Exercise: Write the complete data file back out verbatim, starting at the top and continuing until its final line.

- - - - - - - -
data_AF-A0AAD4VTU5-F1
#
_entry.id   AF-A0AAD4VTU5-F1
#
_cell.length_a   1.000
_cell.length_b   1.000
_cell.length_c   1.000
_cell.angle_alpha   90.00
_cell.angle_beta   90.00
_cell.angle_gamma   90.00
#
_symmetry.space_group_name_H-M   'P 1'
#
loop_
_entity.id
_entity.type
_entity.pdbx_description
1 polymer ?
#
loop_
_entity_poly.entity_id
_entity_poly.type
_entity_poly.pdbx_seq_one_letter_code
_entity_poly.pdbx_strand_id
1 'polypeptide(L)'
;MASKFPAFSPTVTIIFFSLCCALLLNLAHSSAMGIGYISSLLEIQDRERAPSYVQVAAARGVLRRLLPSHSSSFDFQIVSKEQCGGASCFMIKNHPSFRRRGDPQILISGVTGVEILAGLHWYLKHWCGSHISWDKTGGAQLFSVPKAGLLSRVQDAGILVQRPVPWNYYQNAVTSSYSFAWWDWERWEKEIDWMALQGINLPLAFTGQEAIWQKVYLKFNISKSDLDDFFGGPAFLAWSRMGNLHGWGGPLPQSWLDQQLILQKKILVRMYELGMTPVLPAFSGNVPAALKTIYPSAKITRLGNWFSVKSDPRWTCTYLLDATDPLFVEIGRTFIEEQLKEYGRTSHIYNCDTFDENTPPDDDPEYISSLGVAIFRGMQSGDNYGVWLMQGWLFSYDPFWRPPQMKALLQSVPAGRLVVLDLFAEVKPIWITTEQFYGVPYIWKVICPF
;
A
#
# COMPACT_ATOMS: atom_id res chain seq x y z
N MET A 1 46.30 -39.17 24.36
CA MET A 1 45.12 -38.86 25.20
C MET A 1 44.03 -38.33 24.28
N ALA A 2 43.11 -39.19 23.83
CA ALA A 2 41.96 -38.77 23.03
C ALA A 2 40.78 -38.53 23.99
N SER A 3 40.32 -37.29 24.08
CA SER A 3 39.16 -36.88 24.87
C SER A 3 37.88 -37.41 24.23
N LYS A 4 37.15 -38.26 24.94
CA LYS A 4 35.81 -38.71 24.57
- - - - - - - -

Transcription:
data_AF-A0AAD4VTU5-F1
#
_entry.id   AF-A0AAD4VTU5-F1
#
_cell.length_a   1.000
_cell.length_b   1.000
_cell.length_c   1.000
_cell.angle_alpha   90.00
_cell.angle_beta   90.00
_cell.angle_gamma   90.00
#
_symmetry.space_group_name_H-M   'P 1'
#
loop_
_entity.id
_entity.type
_entity.pdbx_description
1 polymer ?
#
loop_
_entity_poly.entity_id
_entity_poly.type
_entity_poly.pdbx_seq_one_letter_code
_entity_poly.pdbx_strand_id
1 'polypeptide(L)'
;MASKFPAFSPTVTIIFFSLCCALLLNLAHSSAMGIGYISSLLEIQDRERAPSYVQVAAARGVLRRLLPSHSSSFDFQIVSKEQCGGASCFMIKNHPSFRRRGDPQILISGVTGVEILAGLHWYLKHWCGSHISWDKTGGAQLFSVPKAGLLSRVQDAGILVQRPVPWNYYQNAVTSSYSFAWWDWERWEKEIDWMALQGINLPLAFTGQEAIWQKVYLKFNISKSDLDDFFGGPAFLAWSRMGNLHGWGGPLPQSWLDQQLILQKKILVRMYELGMTPVLPAFSGNVPAALKTIYPSAKITRLGNWFSVKSDPRWTCTYLLDATDPLFVEIGRTFIEEQLKEYGRTSHIYNCDTFDENTPPDDDPEYISSLGVAIFRGMQSGDNYGVWLMQGWLFSYDPFWRPPQMKALLQSVPAGRLVVLDLFAEVKPIWITTEQFYGVPYIWKVICPF
;
A
#
# COMPACT_ATOMS: atom_id res chain seq x y z
N MET A 1 46.30 -39.17 24.36
CA MET A 1 45.12 -38.86 25.20
C MET A 1 44.03 -38.33 24.28
N ALA A 2 43.11 -39.19 23.83
CA ALA A 2 41.96 -38.77 23.03
C ALA A 2 40.78 -38.53 23.99
N SER A 3 40.32 -37.29 24.08
CA SER A 3 39.16 -36.88 24.87
C SER A 3 37.88 -37.41 24.23
N LYS A 4 37.15 -38.26 24.94
CA LYS A 4 35.81 -38.71 24.57